He, together with senator Rand Paul of the Republican party, has also introduced a bipartisan bill — ‘The America’s Children Act’ — to protect documented dreamers from aging out of their legal immigration status when they turn 21.
Documented (or legal) dreamers are the children who were brought to the US as kids. Their parents entered the US legally on non-immigrant visas such as the H-1B. When they age out (turn 21), they can no longer continue with their H-4 dependent visas.
The heart-wrenching story of Rajakumar, a fresh graduate of the University of Texas at Austin, is one among several such stories that documented dreamers routinely pour out — of having to transit to an international student visa on ageing out, which means higher fees, restricted work opportunities and limited scholarships; of the fear of having to self deport; of the challenges of obtaining a sponsorship for an H-1B visa if they wish to work in the US; and of getting cut out from the green-card queue.
The deep-rooted problem behind this is the country cap for green cards, which results in a decades-long wait for the Indian diaspora waiting for an employment based green card. According to an earlier study done by David Bier, a research fellow at Cato Institute, as of April 2020, 1.36 lakh children from Indian families were caught in the EB2 and EB3 employment-based green card category backlog, which had an estimated wait time of 84 years. Bier had pointed out that 62% of such children would age out without getting a green card.
At the hearing by the subcommittee, Rajakumar, a member of Improve the Dream, a youth-led organisation that is advocating fairness for the over two lakh documented dreamers, said she was brought to the US by her mother when she was four, along with her six-year-old brother. Her mother left an abusive marriage to give them a better life. After graduating from San Jose State University, she acquired a work visa and a full-time job. In 2012, she applied for a green card for herself and her two children. A decade later, Rajakumar had aged out while still backlogged. “My single mother worked hard to support me and my brother on her own. Things were hard, but I still remember making happy memories while building our new life like eating red, white and blue popsicles on the fourth of July driving, through neighborhoods to look at Christmas lights, and watching my first baseball game at the National Stadium. These uniquely American experiences are not only unforgettable but a part of who I am today.”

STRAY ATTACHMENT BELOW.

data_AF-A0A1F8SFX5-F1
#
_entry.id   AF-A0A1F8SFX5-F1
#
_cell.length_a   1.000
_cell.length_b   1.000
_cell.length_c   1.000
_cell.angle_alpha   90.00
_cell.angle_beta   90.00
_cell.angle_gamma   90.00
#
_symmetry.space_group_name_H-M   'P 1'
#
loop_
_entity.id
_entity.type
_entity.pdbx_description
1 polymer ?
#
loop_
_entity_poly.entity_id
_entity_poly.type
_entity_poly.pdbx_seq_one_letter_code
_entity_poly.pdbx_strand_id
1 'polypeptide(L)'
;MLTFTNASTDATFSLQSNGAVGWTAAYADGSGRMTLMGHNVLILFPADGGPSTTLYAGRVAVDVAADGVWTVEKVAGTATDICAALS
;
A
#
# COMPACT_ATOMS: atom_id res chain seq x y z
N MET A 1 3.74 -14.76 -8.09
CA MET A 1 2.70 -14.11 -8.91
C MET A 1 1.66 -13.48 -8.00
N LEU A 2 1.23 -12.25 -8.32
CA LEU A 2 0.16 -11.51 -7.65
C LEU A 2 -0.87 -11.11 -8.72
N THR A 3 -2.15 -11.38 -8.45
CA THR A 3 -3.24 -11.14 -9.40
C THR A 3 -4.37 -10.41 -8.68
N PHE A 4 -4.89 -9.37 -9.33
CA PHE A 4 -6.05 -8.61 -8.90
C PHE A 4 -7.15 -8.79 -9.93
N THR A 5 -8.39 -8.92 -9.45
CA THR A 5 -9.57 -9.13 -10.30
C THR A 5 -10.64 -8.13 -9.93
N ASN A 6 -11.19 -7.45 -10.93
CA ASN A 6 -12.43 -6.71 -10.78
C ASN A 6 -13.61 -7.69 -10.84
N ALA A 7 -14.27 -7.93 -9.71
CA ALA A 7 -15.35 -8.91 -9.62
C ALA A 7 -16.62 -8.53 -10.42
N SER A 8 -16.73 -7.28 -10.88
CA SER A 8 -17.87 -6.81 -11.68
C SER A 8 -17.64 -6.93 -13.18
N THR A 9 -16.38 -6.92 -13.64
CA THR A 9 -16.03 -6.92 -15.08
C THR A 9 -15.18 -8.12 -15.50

“ I learned very young that every aspect of my life would be controlled by my status. I could not participate in my high school’s French Exchange program, even though I was president of the French Club because I could not leave the country and guarantee my return. When I applied to colleges. I was considered an international student…,” said Rajakumar.
The stress and anxiety these children face is immense. Rajakumar also shared the story of the loss of her brother, whose goal was to be an immigration lawyer and speak out for documented dreamers. Unfortunately, he took his own life.
Self-deportation is a reality that looms large. “I can only describe this life as simply existing. Not living, but surviving. I’m 23 years old. I should be excited about my goals, but I’m scared because I know they’ll be taken away from me by something that I cannot control.” She spoke of job offers being withdrawn once employers learnt about her visa status.
“Improve the Dream hopes that one day everyone who grows up in America can become an American citizen and fully contribute to our country. Members of this sub-committee can make this a reality by passing the America’s Children Act, a bipartisan bill, that would permanently end aging out and ensure that children like me who are raised and educated with a documented status, receive a clear opportunity to apply for permanent residency. This bill would create a reality that most Americans likely assume already exists,” she concluded.
Rajakumar also raised the issue of the root-cause that needs to be addressed, the green card backlog and the flaws in the immigration system that do not provide a clear path to citizenship to lawful long-term residents.
During the hearing, senator Padilla secured a verbal commitment from ranking member John Cornyn and senate judiciary committee chair Dick Durbin to work on legislation to rectify the circumstances that documented dreamers like Rajakumar, have had to face in the immigration process.